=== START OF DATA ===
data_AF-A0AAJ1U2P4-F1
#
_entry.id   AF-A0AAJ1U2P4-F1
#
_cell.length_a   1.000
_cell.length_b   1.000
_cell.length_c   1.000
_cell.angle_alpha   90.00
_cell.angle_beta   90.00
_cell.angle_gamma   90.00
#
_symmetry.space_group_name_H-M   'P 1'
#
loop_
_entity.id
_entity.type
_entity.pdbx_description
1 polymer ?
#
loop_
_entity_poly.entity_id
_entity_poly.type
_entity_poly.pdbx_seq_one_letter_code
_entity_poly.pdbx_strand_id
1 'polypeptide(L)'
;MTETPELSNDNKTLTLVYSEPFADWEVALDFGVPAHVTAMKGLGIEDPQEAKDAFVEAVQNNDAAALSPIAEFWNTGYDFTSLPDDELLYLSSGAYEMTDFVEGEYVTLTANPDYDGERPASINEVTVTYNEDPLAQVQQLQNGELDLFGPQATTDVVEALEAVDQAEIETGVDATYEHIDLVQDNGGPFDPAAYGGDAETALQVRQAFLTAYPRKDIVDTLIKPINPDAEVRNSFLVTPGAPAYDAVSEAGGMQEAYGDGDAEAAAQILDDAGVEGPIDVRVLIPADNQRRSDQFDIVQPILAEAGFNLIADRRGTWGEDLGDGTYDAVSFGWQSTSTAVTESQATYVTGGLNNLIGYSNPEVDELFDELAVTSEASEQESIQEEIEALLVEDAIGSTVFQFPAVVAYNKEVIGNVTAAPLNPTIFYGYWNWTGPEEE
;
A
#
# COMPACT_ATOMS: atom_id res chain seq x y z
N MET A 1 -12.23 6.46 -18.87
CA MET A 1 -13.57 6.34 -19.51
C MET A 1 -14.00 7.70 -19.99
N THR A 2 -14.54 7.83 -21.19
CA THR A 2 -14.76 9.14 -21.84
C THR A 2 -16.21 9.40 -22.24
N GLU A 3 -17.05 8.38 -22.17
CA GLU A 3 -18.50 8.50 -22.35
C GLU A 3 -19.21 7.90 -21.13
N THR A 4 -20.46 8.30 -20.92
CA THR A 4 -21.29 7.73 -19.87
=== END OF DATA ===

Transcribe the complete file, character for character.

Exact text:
data_AF-A0AAJ1U2P4-F1
#
_entry.id   AF-A0AAJ1U2P4-F1
#
_cell.length_a   1.000
_cell.length_b   1.000
_cell.length_c   1.000
_cell.angle_alpha   90.00
_cell.angle_beta   90.00
_cell.angle_gamma   90.00
#
_symmetry.space_group_name_H-M   'P 1'
#
loop_
_entity.id
_entity.type
_entity.pdbx_description
1 polymer ?
#
loop_
_entity_poly.entity_id
_entity_poly.type
_entity_poly.pdbx_seq_one_letter_code
_entity_poly.pdbx_strand_id
1 'polypeptide(L)'
;MTETPELSNDNKTLTLVYSEPFADWEVALDFGVPAHVTAMKGLGIEDPQEAKDAFVEAVQNNDAAALSPIAEFWNTGYDFTSLPDDELLYLSSGAYEMTDFVEGEYVTLTANPDYDGERPASINEVTVTYNEDPLAQVQQLQNGELDLFGPQATTDVVEALEAVDQAEIETGVDATYEHIDLVQDNGGPFDPAAYGGDAETALQVRQAFLTAYPRKDIVDTLIKPINPDAEVRNSFLVTPGAPAYDAVSEAGGMQEAYGDGDAEAAAQILDDAGVEGPIDVRVLIPADNQRRSDQFDIVQPILAEAGFNLIADRRGTWGEDLGDGTYDAVSFGWQSTSTAVTESQATYVTGGLNNLIGYSNPEVDELFDELAVTSEASEQESIQEEIEALLVEDAIGSTVFQFPAVVAYNKEVIGNVTAAPLNPTIFYGYWNWTGPEEE
;
A
#
# COMPACT_ATOMS: atom_id res chain seq x y z
N MET A 1 -12.23 6.46 -18.87
CA MET A 1 -13.57 6.34 -19.51
C MET A 1 -14.00 7.70 -19.99
N THR A 2 -14.54 7.83 -21.19
CA THR A 2 -14.76 9.14 -21.84
C THR A 2 -16.21 9.40 -22.24
N GLU A 3 -17.05 8.38 -22.17
CA GLU A 3 -18.50 8.50 -22.35
C GLU A 3 -19.21 7.90 -21.13
N THR A 4 -20.46 8.30 -20.92
CA THR A 4 -21.29 7.73 -19.87